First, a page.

Joseph Sakran, MD, MPH, MPA

Joseph V. Sakran is an assistant professor of surgery, director of emergency general surgery, and associate chief of the Division of Acute Care Surgery at the Johns Hopkins Hospital. Sakran trained in general surgery at Inova Fairfax Hospital and completed his fellowship in traumatology, surgical critical care, and emergency general surgery at the Hospital of the University of Pennsylvania in Philadelphia. Sakran works with underprivileged and minority high school students, with a goal to improve care among vulnerable populations both domestically and abroad.

In 2017, Sakran was included in Becker’s Hospital Review’s Healthcare’s Leaders under 40. He serves in surgical organizations, most recently as chair of the Resident and Associate Society for the American College of Surgeons (ACS). He also serves on the Young Fellows Association’s governing council. Sakran is the vice chair of the ACS’s International Subcommittee for Operation Giving Back and chair of the Injury Control and Violence Prevention Committee for the Eastern Association for the Surgery of Trauma. Sakran completed the Presidential Leadership Scholars Program.

Sakran has a BS in biology, with a minor in chemistry, from George Mason University. He earned his medical degree from the Medical School for International Health at Ben-Gurion University of the Negev in Israel. Sakran obtained an MPH with a focus on global health from the Johns Hopkins Bloomberg School of Public Health. He obtained an MPA from the Harvard John F. Kennedy School of Government.

Liliane Windsor, PhD, MSW

Liliane Cambraia Windsor is an associate professor at the University of Illinois at Urbana-Champaign’s School of Social Work. Her research focuses on the development of multilevel interventions designed to reduce health inequalities related to substance use disorders and HIV prevention. Her most recent work focuses on optimizing Community Wise, an innovative, multilevel substance use intervention for individuals transitioning home from incarceration. She is also developing and testing a participatory action research online training protocol to engage community members from rural communities affected by the opioid epidemic in research and behavioral health services.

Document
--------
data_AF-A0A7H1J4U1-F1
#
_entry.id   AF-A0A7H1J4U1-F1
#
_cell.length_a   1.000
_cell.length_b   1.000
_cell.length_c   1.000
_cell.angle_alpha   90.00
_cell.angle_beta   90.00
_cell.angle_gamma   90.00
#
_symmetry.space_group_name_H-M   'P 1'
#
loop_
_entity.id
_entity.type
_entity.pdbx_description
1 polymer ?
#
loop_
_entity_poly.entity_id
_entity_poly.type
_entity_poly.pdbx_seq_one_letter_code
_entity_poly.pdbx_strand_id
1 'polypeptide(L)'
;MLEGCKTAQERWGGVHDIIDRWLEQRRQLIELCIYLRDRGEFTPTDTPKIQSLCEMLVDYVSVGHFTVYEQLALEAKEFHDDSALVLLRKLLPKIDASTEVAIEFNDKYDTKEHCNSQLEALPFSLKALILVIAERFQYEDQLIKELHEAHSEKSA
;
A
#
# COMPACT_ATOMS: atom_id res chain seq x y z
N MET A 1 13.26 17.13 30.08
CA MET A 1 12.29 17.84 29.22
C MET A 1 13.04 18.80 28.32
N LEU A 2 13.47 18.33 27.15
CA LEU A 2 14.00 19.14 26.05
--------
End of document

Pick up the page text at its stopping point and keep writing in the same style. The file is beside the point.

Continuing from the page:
Windsor is the founder of the Newark Community Collaborative Board, the group of researchers, service providers, and consumers who developed Community Wise. Windsor has overseen numerous research studies in the United States and Brazil. She is affiliated with the Lemann Institute for Brazilian Studies at the University of Illinois at Urbana-Champaign.

Windsor earned a bachelor of science in education from Faculdade de Ciências Humanas-FUMEC, Brazil. She obtained her master of science and doctoral degrees in social work from the University of Texas at Austin.

Key Information

2020-21 Call for Applications (CFA) Now Open

The 2020-21 Call for Applications (CFA) is open from September 6 – November 6 at 3:00 PM ET. View the 2020-21 CFA